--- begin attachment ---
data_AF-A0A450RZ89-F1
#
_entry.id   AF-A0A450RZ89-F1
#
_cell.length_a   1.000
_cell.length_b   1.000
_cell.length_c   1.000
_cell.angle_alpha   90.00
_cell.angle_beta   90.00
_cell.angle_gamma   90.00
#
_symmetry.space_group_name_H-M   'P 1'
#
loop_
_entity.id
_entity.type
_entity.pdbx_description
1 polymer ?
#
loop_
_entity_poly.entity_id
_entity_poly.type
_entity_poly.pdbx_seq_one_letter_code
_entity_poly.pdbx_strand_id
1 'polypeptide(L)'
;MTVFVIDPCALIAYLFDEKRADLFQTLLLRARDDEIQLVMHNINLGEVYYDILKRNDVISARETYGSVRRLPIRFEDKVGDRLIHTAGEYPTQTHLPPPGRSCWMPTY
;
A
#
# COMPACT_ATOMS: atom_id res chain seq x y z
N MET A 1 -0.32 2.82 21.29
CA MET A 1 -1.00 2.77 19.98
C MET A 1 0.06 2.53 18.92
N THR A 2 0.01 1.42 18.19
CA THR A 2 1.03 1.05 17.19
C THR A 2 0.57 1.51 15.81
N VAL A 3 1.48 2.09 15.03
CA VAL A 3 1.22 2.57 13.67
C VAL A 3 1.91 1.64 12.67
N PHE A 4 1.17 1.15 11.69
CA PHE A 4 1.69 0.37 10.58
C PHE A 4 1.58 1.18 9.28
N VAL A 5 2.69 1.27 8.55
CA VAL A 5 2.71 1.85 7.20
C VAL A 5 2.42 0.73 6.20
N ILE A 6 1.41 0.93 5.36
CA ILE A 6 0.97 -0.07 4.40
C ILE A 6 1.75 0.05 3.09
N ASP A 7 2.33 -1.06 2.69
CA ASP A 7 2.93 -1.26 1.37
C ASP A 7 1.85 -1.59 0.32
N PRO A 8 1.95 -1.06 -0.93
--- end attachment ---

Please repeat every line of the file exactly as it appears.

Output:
data_AF-A0A450RZ89-F1
#
_entry.id   AF-A0A450RZ89-F1
#
_cell.length_a   1.000
_cell.length_b   1.000
_cell.length_c   1.000
_cell.angle_alpha   90.00
_cell.angle_beta   90.00
_cell.angle_gamma   90.00
#
_symmetry.space_group_name_H-M   'P 1'
#
loop_
_entity.id
_entity.type
_entity.pdbx_description
1 polymer ?
#
loop_
_entity_poly.entity_id
_entity_poly.type
_entity_poly.pdbx_seq_one_letter_code
_entity_poly.pdbx_strand_id
1 'polypeptide(L)'
;MTVFVIDPCALIAYLFDEKRADLFQTLLLRARDDEIQLVMHNINLGEVYYDILKRNDVISARETYGSVRRLPIRFEDKVGDRLIHTAGEYPTQTHLPPPGRSCWMPTY
;
A
#
# COMPACT_ATOMS: atom_id res chain seq x y z
N MET A 1 -0.32 2.82 21.29
CA MET A 1 -1.00 2.77 19.98
C MET A 1 0.06 2.53 18.92
N THR A 2 0.01 1.42 18.19
CA THR A 2 1.03 1.05 17.19
C THR A 2 0.57 1.51 15.81
N VAL A 3 1.48 2.09 15.03
CA VAL A 3 1.22 2.57 13.67
C VAL A 3 1.91 1.64 12.67
N PHE A 4 1.17 1.15 11.69
CA PHE A 4 1.69 0.37 10.58
C PHE A 4 1.58 1.18 9.28
N VAL A 5 2.69 1.27 8.55
CA VAL A 5 2.71 1.85 7.20
C VAL A 5 2.42 0.73 6.20
N ILE A 6 1.41 0.93 5.36
CA ILE A 6 0.97 -0.07 4.40
C ILE A 6 1.75 0.05 3.09
N ASP A 7 2.33 -1.06 2.69
CA ASP A 7 2.93 -1.26 1.37
C ASP A 7 1.85 -1.59 0.32
N PRO A 8 1.95 -1.06 -0.93